Yeah, when I reread my statement in the archives I thought it was unduly harsh. They were typical of parts in the 1940s and 1950s. Their finish wasn't obsessed over so much as now. Campagnolo really raised the bar in the 1950s with their durability , ability to be overhauled and fit and finish.
But when you look at Weinmann brakes from the early 50s, you can see a real quality difference. As an example, check the elaborate sheet metal forming of the lever body on a Weinmann compared to a Universal lever body. Universal lever body's had a bad habit of developing cracks where they clamped to the bar. (My uneducated guess is that Universal used the wrong aluminum alloy for their extrusion.)
Chuck Schmidt South Pasadena, CA
Charlie Young wrote:
> First: Chuck, you are the best archive searcher among us!
> Second: I wonder how many agree with the statement excerpted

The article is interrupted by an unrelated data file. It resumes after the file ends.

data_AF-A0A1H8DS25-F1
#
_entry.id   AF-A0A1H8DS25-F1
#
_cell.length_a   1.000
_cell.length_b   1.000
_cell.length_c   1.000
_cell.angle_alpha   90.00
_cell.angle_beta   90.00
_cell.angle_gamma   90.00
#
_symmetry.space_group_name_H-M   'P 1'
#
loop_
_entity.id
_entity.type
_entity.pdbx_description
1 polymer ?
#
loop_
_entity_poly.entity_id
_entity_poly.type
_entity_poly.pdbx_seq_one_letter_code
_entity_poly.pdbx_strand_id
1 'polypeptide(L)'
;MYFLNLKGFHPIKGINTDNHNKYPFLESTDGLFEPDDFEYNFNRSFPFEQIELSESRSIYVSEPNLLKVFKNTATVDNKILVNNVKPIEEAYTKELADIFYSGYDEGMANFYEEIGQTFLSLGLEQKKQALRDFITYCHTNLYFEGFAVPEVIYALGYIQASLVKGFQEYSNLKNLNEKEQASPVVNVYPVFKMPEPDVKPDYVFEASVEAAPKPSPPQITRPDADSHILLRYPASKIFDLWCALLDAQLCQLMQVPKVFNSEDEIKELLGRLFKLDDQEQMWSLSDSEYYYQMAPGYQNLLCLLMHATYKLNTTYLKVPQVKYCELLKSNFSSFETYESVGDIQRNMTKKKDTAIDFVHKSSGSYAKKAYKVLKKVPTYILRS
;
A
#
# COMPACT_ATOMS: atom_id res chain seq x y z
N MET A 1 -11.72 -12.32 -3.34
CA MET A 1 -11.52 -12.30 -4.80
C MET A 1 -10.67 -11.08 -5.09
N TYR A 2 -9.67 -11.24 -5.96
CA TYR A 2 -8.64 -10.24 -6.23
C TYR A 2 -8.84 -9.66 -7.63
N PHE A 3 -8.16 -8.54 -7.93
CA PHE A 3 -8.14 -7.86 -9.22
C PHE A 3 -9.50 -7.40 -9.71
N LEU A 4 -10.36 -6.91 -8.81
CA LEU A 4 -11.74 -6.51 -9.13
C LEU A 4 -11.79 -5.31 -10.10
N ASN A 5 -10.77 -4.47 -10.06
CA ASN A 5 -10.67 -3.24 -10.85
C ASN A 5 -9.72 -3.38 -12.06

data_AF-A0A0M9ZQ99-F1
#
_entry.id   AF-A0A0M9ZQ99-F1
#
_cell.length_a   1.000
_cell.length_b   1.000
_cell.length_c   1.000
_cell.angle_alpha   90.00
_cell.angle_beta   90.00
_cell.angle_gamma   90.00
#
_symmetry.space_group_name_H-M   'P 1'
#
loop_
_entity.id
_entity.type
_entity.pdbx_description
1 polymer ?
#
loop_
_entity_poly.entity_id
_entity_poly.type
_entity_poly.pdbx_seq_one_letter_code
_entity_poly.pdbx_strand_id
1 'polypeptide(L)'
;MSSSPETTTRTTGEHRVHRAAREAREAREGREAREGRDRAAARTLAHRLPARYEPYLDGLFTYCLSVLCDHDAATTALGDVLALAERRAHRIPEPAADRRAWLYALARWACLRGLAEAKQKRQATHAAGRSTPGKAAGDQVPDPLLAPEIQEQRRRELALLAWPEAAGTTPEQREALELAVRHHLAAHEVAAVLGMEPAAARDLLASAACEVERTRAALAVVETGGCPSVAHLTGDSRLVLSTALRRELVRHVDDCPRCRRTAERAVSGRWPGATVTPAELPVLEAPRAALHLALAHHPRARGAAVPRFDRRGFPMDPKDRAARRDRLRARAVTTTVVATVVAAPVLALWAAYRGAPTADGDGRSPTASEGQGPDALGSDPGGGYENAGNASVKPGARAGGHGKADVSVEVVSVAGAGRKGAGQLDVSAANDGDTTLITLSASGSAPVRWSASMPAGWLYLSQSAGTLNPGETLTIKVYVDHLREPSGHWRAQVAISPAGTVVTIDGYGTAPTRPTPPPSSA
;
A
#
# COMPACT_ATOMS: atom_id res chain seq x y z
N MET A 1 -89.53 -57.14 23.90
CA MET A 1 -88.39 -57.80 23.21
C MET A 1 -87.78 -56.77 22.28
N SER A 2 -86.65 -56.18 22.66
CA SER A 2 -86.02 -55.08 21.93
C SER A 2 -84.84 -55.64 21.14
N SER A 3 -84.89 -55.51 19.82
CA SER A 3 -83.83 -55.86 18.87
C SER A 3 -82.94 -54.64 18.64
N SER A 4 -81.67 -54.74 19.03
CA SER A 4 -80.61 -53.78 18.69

> from your original post below regarding the quality of the
> Universal brakes. I have several sets of Universal Mod. 77
> brakes and don't find them to be any less capable than the
> Campagnolo Record brakes of the period. What period do you
> (or the component buyers of the time) consider to be
> characterized by poor workmanship or quality?
> In contrast, the Mod. 125 brakes are poorly finished and
> obviously deviate from the Model number = Year of
> introduction scheme. I'm curious about when they were
> introduced. No doubt they were intended for lower line
> applications and competitive pricing relative to japanese
> Charlie Young
> Honeybrook, PA
> > The workmanship and quality of Universal brakes was
> > uniformly poor until the CX sidepull of the 1980s but
> > nobody was buying them by then. The Weinmann (Swiss)
> > side-pull from the early 50s for example had much nicer
> > workmanship and quality.
> > Chuck Schmidt
> > SoPas, SoCal
> > ==========================================================
> > =================
> > Chuck Schmidt
> > South Pasadena, CAa